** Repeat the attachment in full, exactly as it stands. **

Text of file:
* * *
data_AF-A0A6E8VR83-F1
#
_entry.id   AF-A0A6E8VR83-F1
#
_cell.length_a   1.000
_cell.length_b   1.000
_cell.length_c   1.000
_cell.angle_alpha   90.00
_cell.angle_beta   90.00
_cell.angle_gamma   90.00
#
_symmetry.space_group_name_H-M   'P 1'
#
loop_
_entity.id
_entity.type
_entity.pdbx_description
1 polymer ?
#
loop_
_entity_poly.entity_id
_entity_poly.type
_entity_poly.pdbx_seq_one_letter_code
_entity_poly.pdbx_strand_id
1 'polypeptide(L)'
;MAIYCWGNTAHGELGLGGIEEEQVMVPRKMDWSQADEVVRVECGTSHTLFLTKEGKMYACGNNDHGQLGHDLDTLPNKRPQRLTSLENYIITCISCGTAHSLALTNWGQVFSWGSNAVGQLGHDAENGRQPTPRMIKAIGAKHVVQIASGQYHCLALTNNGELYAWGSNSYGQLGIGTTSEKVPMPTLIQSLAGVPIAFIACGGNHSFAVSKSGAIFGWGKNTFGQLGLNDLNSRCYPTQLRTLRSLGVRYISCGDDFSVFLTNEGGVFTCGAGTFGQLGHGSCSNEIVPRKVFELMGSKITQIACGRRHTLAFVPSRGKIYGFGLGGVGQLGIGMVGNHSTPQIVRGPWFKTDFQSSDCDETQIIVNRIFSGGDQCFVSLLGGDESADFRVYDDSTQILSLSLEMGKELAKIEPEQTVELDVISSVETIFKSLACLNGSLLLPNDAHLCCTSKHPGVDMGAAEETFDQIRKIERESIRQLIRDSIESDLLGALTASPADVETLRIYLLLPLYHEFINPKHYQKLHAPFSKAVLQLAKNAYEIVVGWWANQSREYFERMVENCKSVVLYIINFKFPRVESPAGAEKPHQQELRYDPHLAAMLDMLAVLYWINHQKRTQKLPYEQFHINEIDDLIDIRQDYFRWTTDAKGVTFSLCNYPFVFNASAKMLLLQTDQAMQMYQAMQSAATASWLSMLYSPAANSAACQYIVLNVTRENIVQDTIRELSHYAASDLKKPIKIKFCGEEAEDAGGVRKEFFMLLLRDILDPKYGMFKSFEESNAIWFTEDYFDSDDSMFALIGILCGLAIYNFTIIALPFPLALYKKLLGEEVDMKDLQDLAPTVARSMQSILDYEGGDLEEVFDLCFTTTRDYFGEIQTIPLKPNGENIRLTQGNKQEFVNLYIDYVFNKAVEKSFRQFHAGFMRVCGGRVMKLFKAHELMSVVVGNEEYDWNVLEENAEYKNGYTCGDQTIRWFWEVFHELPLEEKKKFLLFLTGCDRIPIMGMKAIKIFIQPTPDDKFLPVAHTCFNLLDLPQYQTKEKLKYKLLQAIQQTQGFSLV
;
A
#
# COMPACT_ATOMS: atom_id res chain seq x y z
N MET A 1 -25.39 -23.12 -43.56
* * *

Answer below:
data_AF-A0A6E8VR83-F1
#
_entry.id   AF-A0A6E8VR83-F1
#
_cell.length_a   1.000
_cell.length_b   1.000
_cell.length_c   1.000
_cell.angle_alpha   90.00
_cell.angle_beta   90.00
_cell.angle_gamma   90.00
#
_symmetry.space_group_name_H-M   'P 1'
#
loop_
_entity.id
_entity.type
_entity.pdbx_description
1 polymer ?
#
loop_
_entity_poly.entity_id
_entity_poly.type
_entity_poly.pdbx_seq_one_letter_code
_entity_poly.pdbx_strand_id
1 'polypeptide(L)'
;MAIYCWGNTAHGELGLGGIEEEQVMVPRKMDWSQADEVVRVECGTSHTLFLTKEGKMYACGNNDHGQLGHDLDTLPNKRPQRLTSLENYIITCISCGTAHSLALTNWGQVFSWGSNAVGQLGHDAENGRQPTPRMIKAIGAKHVVQIASGQYHCLALTNNGELYAWGSNSYGQLGIGTTSEKVPMPTLIQSLAGVPIAFIACGGNHSFAVSKSGAIFGWGKNTFGQLGLNDLNSRCYPTQLRTLRSLGVRYISCGDDFSVFLTNEGGVFTCGAGTFGQLGHGSCSNEIVPRKVFELMGSKITQIACGRRHTLAFVPSRGKIYGFGLGGVGQLGIGMVGNHSTPQIVRGPWFKTDFQSSDCDETQIIVNRIFSGGDQCFVSLLGGDESADFRVYDDSTQILSLSLEMGKELAKIEPEQTVELDVISSVETIFKSLACLNGSLLLPNDAHLCCTSKHPGVDMGAAEETFDQIRKIERESIRQLIRDSIESDLLGALTASPADVETLRIYLLLPLYHEFINPKHYQKLHAPFSKAVLQLAKNAYEIVVGWWANQSREYFERMVENCKSVVLYIINFKFPRVESPAGAEKPHQQELRYDPHLAAMLDMLAVLYWINHQKRTQKLPYEQFHINEIDDLIDIRQDYFRWTTDAKGVTFSLCNYPFVFNASAKMLLLQTDQAMQMYQAMQSAATASWLSMLYSPAANSAACQYIVLNVTRENIVQDTIRELSHYAASDLKKPIKIKFCGEEAEDAGGVRKEFFMLLLRDILDPKYGMFKSFEESNAIWFTEDYFDSDDSMFALIGILCGLAIYNFTIIALPFPLALYKKLLGEEVDMKDLQDLAPTVARSMQSILDYEGGDLEEVFDLCFTTTRDYFGEIQTIPLKPNGENIRLTQGNKQEFVNLYIDYVFNKAVEKSFRQFHAGFMRVCGGRVMKLFKAHELMSVVVGNEEYDWNVLEENAEYKNGYTCGDQTIRWFWEVFHELPLEEKKKFLLFLTGCDRIPIMGMKAIKIFIQPTPDDKFLPVAHTCFNLLDLPQYQTKEKLKYKLLQAIQQTQGFSLV
;
A
#
# COMPACT_ATOMS: atom_id res chain seq x y z
N MET A 1 -25.39 -23.12 -43.56